Science Museums Urged To Cut Ties With Kochs. The New York Times reports; here's the introduction: "Dozens of climate scientists and environmental groups are calling for museums of science and natural history to “cut all ties” with fossil fuel companies and philanthropists like the Koch brothers. A letter released on Tuesday asserts that such money is tainted by these donors’ efforts to deny the overwhelming scientific consensus on climate change..." (File photo: AP, Phelan M. Ebenhack).


Cyclone Pam Is Just The Start. Newsweek puts the super-cyclone (same thing as a typhoon and hurricane) into perspective; here's an excerpt: "In the wake of island nation Vanuatu’s devastation by Cyclone Pam, in which 320 mile-per-hour winds killed dozens of people and destroyed 90 percent of the buildings in the capital city of Port Vila, public health experts fear that the country's ruined infrastructure will result in mass starvation and epidemics of disease. As the rate of global climate change continues to increase, such tragedies will become more and more common around the world. Vanuatu is not alone..."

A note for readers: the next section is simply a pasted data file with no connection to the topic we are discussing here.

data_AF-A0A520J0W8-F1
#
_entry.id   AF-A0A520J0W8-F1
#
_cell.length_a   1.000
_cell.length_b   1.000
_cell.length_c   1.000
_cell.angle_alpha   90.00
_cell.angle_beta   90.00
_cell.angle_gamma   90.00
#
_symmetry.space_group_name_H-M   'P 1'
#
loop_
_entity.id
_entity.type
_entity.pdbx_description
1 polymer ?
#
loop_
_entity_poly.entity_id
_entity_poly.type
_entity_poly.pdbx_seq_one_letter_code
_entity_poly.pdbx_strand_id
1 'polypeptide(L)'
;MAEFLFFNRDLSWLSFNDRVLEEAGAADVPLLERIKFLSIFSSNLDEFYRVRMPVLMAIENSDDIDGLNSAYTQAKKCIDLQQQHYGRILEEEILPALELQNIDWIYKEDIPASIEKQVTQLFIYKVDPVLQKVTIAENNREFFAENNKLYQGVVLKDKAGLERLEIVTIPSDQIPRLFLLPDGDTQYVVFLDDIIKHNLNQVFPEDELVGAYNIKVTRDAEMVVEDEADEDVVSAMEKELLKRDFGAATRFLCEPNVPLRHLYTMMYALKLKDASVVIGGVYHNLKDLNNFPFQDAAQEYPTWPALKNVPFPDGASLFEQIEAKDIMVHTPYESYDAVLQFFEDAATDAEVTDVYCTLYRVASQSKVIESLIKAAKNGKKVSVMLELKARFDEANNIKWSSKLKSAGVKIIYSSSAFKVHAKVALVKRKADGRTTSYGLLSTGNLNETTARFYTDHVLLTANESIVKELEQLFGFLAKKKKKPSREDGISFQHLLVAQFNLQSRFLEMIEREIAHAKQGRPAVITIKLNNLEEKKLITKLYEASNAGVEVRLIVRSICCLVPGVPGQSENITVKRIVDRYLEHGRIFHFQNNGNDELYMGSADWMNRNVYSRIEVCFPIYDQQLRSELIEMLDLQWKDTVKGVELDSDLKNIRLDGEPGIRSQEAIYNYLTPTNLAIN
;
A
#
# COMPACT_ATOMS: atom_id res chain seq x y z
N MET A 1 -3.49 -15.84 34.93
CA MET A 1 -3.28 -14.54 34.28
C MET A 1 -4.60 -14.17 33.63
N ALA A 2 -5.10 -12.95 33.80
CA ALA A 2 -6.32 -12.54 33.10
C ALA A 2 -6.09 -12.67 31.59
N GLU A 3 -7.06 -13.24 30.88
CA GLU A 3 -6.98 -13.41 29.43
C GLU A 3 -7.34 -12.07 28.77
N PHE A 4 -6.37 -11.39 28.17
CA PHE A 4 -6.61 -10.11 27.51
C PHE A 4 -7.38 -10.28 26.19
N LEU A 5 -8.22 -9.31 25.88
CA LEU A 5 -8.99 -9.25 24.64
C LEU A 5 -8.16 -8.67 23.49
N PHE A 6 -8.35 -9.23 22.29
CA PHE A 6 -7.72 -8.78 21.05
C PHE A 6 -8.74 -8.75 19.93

Image credit above: "An aerial view of the destruction after Cyclone Pam hit Port Vila, capital city of the Pacific island nation of Vanuatu, on March 17, 2015." .


A Slow-Down In The North Atlantic Conveyer Belt? There was always concern among scientists that melting of (fresh) water, mainly from a rapidly melting Greenland, might impact the broad Atlantic Ocean circulation pattern. Chris Mooney has details of new research at The Washington Post; here's an excerpt: "...According to a new study just out in Nature Climate Change by Stefan Rahmstorf of the Potsdam Institute for Climate Impact Research and a group of co-authors, we’re now seeing a slowdown of the great ocean circulation that, among other planetary roles, helps to partly drive the Gulf Stream off the U.S. east coast. The consequences could be dire – including significant extra sea level rise for coastal cities like New York and Boston..."

* The paper at Nature Climate Change is here.

Spring On Hold Into Friday - Minor Slush Event Tonight - Longer, Stronger El Nino in '15?